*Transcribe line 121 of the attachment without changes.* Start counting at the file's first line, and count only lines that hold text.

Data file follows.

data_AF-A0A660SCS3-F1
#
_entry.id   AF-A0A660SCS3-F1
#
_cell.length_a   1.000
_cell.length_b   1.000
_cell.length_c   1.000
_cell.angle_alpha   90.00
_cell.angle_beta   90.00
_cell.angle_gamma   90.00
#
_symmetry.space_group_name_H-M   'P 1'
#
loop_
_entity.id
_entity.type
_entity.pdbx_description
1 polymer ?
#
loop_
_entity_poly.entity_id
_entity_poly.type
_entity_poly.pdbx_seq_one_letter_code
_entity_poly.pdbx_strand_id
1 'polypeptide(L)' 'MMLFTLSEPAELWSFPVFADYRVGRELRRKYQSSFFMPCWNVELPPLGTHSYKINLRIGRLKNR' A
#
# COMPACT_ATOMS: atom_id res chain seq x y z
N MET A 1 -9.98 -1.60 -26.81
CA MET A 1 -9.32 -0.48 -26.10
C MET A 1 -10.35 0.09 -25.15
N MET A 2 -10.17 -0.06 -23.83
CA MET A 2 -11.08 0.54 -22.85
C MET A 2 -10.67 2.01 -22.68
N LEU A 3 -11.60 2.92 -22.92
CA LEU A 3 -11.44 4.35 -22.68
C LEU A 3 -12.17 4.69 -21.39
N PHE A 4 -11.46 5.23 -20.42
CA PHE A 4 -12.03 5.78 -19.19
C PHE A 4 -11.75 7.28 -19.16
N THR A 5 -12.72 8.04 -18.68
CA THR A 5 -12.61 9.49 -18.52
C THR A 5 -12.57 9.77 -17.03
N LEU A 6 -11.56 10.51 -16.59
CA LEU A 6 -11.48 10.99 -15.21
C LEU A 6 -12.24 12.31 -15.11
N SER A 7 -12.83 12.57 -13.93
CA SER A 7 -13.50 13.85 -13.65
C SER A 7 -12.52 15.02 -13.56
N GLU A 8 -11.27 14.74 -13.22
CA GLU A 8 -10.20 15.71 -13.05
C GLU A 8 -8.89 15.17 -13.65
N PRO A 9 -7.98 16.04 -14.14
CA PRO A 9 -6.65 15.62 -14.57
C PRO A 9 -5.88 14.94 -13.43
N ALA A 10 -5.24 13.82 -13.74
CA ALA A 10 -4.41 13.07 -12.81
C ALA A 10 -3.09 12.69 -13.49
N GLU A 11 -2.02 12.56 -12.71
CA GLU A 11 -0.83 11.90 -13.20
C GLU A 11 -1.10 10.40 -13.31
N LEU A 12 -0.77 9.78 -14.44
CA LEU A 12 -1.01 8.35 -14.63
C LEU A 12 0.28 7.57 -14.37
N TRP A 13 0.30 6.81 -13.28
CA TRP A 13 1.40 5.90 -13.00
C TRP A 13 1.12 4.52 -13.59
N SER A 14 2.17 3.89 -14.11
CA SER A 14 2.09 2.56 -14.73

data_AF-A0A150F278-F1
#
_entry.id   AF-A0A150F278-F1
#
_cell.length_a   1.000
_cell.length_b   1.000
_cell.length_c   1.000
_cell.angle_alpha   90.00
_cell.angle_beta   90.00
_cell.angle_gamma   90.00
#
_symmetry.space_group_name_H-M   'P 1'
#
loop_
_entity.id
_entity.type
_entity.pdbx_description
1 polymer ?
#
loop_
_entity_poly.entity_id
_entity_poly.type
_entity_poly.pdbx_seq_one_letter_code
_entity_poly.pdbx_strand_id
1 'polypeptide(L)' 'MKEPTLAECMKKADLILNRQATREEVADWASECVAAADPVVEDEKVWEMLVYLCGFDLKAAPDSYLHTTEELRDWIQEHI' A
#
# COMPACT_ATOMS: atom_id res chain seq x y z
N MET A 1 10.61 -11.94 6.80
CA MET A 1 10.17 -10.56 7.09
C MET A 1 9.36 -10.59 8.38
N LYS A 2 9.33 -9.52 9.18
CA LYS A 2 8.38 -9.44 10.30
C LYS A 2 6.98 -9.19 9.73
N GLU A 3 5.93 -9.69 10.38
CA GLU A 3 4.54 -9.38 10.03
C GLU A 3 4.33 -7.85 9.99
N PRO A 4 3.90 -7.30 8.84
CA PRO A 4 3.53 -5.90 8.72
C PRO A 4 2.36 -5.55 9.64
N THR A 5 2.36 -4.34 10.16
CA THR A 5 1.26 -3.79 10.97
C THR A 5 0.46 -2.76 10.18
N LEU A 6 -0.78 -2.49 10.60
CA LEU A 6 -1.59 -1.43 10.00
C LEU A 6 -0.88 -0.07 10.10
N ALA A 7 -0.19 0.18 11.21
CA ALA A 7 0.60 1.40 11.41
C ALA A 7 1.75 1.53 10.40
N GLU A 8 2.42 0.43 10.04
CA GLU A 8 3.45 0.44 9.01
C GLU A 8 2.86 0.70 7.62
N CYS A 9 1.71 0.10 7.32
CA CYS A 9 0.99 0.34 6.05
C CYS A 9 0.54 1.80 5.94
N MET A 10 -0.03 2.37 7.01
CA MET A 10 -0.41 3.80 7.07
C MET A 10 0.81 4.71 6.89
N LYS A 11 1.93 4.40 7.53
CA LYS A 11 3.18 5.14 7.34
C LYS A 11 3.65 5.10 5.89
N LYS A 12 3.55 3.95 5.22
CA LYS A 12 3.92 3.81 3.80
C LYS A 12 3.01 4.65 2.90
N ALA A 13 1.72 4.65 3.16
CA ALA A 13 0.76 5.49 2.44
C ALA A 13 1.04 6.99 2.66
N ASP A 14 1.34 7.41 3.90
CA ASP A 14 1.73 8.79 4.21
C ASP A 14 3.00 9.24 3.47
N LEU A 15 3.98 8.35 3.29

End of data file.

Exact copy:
CA CYS A 9 0.99 0.34 6.05